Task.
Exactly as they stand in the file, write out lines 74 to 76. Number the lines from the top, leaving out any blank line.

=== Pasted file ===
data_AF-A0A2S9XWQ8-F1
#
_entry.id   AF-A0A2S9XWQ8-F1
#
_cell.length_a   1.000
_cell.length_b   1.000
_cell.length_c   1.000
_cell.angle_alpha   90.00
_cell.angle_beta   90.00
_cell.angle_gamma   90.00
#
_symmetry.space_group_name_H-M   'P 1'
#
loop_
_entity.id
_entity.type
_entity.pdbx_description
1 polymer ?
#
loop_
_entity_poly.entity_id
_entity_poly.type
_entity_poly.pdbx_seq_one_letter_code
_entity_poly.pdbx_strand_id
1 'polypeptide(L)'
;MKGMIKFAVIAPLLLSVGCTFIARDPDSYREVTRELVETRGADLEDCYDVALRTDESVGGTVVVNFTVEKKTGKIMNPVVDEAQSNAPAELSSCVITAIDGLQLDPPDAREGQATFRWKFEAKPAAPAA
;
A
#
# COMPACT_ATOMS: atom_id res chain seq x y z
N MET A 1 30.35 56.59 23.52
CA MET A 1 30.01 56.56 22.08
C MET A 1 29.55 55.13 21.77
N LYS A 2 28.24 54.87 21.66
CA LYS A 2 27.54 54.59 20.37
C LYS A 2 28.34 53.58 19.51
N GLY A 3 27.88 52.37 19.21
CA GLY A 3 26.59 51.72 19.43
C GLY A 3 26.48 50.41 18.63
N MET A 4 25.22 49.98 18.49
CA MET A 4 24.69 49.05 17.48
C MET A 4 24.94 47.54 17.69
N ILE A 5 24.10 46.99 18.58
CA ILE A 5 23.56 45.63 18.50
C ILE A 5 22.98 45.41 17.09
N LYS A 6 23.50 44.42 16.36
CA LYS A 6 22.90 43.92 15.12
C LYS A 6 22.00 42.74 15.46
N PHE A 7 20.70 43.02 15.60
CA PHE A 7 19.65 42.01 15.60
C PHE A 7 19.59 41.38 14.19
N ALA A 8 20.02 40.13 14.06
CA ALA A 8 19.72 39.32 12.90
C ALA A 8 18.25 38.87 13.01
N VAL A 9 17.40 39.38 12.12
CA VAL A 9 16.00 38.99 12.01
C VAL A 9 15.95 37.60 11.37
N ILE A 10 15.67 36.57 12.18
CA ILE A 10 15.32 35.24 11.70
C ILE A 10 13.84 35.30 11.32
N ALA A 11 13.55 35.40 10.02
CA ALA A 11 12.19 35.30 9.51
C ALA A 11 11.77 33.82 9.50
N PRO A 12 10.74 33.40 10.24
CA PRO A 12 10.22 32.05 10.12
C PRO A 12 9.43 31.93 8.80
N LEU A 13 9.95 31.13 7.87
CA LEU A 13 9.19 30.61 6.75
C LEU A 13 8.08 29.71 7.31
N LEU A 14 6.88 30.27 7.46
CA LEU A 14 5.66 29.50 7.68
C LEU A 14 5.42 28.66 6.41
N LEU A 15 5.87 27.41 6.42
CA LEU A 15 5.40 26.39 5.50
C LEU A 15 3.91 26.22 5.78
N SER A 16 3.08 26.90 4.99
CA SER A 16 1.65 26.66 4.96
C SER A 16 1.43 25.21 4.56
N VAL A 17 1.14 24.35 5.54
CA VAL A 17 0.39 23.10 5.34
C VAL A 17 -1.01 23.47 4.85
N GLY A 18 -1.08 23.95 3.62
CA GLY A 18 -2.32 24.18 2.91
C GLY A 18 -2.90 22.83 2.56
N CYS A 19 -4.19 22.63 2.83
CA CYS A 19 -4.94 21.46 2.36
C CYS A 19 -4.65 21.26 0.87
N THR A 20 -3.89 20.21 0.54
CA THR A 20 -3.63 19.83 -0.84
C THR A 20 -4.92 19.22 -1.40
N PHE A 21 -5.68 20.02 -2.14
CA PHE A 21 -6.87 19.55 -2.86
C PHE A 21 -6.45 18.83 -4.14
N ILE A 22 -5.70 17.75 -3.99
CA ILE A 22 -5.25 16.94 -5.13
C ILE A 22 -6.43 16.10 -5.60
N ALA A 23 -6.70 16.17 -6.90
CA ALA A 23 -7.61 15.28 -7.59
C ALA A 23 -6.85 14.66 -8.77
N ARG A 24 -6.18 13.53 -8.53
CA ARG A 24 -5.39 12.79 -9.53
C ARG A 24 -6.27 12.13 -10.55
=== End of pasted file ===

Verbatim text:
CA LEU A 15 5.40 26.39 5.50
C LEU A 15 3.91 26.22 5.78
N SER A 16 3.08 26.90 4.99